For 11 years, Derrick Terry has powered his home off a 1.6-kilowatt solar photovoltaic-wind hybrid generator that produces enough electricity to light his home and refrigerate his family’s perishable food in a remote region of the sprawling Navajo reservation. Terry, a renewable energy specialist with the Navajo Tribal Utility Authority and a member of the tribal nation, and his family are one of more than 200 on the 27,000-square-mile reservation who rely on the units to generate power in its most remote areas.
Rep. Jared Polis (D-Colo.) introduced a bill this week to boost distributed solar power on rooftops and other decentralized sources. The bill would provide a 20 percent increase in the current investment tax credit for small solar systems under 20 kilowatts. The measure is the latest push to expand renewable tax credits that were extended last year.
Much was made a few months ago about the historic climate agreement in Paris. Much is being made now about the race for the U.S. presidency. The two intersect on the question of whether the next president will build on President Obama’s climate plans or backslide on the progress Mr. Obama has managed against global climate change. But while the spotlight is on this year’s extraordinary race to the White House, America’s ability to keep its commitments in the Paris agreement and to build a 21st century energy economy depends largely on states and communities far beyond the beltway.
U.S. EPA today rolled out more details on how the agency would award early credit to states that take certain steps to cut carbon before the federal rule to curb power plant emissions takes effect in 2022. The agency has sent a proposal on the Clean Energy Incentive Program, or CEIP, to the Office of Management and Budget for review.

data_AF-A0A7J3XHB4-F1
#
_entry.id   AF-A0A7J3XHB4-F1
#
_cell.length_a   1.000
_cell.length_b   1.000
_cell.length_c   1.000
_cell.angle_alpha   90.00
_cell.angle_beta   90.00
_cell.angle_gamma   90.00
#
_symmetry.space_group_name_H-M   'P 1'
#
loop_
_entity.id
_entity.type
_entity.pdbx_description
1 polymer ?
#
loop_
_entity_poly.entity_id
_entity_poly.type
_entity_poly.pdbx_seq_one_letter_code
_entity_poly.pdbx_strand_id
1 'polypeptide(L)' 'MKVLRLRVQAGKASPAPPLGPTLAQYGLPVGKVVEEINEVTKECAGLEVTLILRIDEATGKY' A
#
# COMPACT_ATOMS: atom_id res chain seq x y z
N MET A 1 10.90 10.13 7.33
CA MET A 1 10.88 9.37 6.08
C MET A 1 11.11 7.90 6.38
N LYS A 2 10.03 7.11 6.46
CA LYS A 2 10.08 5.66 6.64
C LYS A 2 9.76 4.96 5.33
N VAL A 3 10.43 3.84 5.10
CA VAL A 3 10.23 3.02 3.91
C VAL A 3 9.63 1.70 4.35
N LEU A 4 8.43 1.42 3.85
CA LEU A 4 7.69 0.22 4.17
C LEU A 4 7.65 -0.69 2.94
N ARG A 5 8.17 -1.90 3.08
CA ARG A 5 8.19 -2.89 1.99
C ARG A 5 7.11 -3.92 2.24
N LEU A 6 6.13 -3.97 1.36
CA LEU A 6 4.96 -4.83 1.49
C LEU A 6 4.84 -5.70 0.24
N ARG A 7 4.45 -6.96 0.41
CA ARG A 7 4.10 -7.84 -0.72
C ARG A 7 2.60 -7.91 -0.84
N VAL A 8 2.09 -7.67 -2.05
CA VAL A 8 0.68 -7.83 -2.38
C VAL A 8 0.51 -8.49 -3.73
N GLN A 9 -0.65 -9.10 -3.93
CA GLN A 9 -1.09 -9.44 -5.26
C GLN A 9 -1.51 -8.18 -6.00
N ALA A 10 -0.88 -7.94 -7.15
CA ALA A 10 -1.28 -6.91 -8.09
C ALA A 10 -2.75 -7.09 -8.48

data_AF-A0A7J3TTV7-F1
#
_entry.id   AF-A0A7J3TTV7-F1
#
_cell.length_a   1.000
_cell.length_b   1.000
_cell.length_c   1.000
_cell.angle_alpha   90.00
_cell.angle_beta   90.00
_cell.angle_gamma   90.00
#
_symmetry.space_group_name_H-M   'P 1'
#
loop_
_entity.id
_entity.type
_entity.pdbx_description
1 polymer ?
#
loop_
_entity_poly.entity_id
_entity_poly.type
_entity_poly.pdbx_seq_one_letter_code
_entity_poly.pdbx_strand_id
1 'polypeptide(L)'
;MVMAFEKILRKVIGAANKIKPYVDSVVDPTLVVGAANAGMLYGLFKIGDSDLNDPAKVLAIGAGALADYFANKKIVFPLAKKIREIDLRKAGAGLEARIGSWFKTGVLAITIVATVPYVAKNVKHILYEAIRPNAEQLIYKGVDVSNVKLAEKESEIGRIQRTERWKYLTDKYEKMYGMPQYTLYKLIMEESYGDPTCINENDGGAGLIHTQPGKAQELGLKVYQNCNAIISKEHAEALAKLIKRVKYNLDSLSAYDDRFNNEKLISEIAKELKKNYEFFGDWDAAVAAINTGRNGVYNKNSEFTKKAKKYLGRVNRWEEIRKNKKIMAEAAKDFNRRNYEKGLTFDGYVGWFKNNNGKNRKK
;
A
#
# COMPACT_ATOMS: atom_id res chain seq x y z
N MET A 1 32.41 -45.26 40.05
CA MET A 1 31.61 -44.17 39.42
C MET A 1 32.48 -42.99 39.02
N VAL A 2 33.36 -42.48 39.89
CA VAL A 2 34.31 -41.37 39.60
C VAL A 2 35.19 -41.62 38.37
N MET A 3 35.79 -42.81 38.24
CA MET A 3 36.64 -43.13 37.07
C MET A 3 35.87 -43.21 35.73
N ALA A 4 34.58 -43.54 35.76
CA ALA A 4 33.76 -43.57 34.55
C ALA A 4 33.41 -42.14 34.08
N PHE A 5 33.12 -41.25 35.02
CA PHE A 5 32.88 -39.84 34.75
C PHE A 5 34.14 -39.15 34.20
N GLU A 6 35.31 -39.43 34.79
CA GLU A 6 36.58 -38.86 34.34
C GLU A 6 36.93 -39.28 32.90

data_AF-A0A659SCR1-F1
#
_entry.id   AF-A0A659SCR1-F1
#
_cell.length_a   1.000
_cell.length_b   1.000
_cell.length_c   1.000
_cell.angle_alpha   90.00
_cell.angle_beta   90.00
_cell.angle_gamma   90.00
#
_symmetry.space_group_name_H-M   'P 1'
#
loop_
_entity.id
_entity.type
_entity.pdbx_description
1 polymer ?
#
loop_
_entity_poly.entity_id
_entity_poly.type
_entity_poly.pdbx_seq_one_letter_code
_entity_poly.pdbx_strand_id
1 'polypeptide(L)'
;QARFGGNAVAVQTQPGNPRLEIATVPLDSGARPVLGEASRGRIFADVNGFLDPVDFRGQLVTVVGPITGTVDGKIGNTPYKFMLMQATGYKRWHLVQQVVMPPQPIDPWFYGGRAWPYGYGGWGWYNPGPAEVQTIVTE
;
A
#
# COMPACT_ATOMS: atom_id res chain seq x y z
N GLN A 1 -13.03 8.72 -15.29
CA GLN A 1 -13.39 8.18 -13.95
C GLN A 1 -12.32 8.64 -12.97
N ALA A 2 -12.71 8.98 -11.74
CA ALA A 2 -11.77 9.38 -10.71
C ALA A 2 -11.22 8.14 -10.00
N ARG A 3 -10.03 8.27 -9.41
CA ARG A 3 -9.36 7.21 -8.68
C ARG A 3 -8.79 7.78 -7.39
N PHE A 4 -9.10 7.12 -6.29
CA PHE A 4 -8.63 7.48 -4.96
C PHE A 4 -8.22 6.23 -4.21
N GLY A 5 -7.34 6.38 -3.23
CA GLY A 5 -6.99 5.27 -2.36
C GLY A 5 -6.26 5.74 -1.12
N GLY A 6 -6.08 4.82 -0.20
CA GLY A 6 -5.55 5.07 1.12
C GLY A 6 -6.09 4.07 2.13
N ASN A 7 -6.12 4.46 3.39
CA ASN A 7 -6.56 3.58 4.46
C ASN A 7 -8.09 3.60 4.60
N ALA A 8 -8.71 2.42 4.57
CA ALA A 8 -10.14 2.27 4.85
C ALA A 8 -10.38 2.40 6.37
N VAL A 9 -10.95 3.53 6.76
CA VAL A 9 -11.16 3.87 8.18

At a discussion among state regulators and lawmakers yesterday, several officials said the Supreme Court’s decision in February to stay implementation of the federal climate regulation has not blocked broader discussions within states about decarbonizing their power sectors. “Even those states that have pressed pause per se are still having discussions about what life will look like under a carbon-constrained [future],” said Alexandra Dunn, executive director of the Environmental Council of the States, which represents state environmental commissioners.
The Swedish furniture giant better known for cheap furniture and aromatic cinnamon buns has a new item on the shelves: solar panels. In a partnership with Solarcentury, Ikea will begin selling the panels to its U.K. customers this summer, both online and at three locations, to start out. The move comes as the United Kingdom is weakening its subsidies for solar. Still, Ikea is moving ahead with its plan, its second attempt to sell panels in the United Kingdom after an earlier partnership with Chinese company Hanergy, which ended last year.
Top oil exporter Saudi Arabia plans to generate 9.5 gigawatts of electricity from renewable energy by 2030, it said on Monday as it approved its Vision 2030 reform plan. The plan, a package of economic and social policies is designed to free the kingdom from dependence on oil exports. “Even though we have an impressive natural potential for solar and wind power, and our local energy consumption will increase threefold by 2030, we still lack a competitive renewable sector at present.”
Likely sales of Tesla batteries to just one solar company this year could be 60 percent larger than the entire U.S. “behind-the-meter” energy storage market last year, said a new report by GTM Research. Even though the analysis focused only on Tesla Motors Inc.’s sale of high-capacity batteries to SolarCity Corp., GTM Research executive Shayle Kann said results were noteworthy. He pointed to Tesla likely being the country’s top stationary battery supplier and SolarCity its top customer. Tesla CEO Elon Musk is SolarCity’s chairman.
Under the scheme, companies will conduct some operations at night or at midday when there is a lot of electricity generation from wind farms and solar power plants. As a part of the tender, companies were required to prove they need to carry out such operations and that the electricity would not be wasted.
New York State will spend $150 million on large-scale clean energy projects as part of its goal to generate 50 percent of its electricity from renewables by 2030. The state will award contracts for as long as 20 years to spur public-private partnerships for solar, wind, fuel cell, biomass, biogas and hydropower projects, Governor Andrew Cuomo said in a statement Thursday.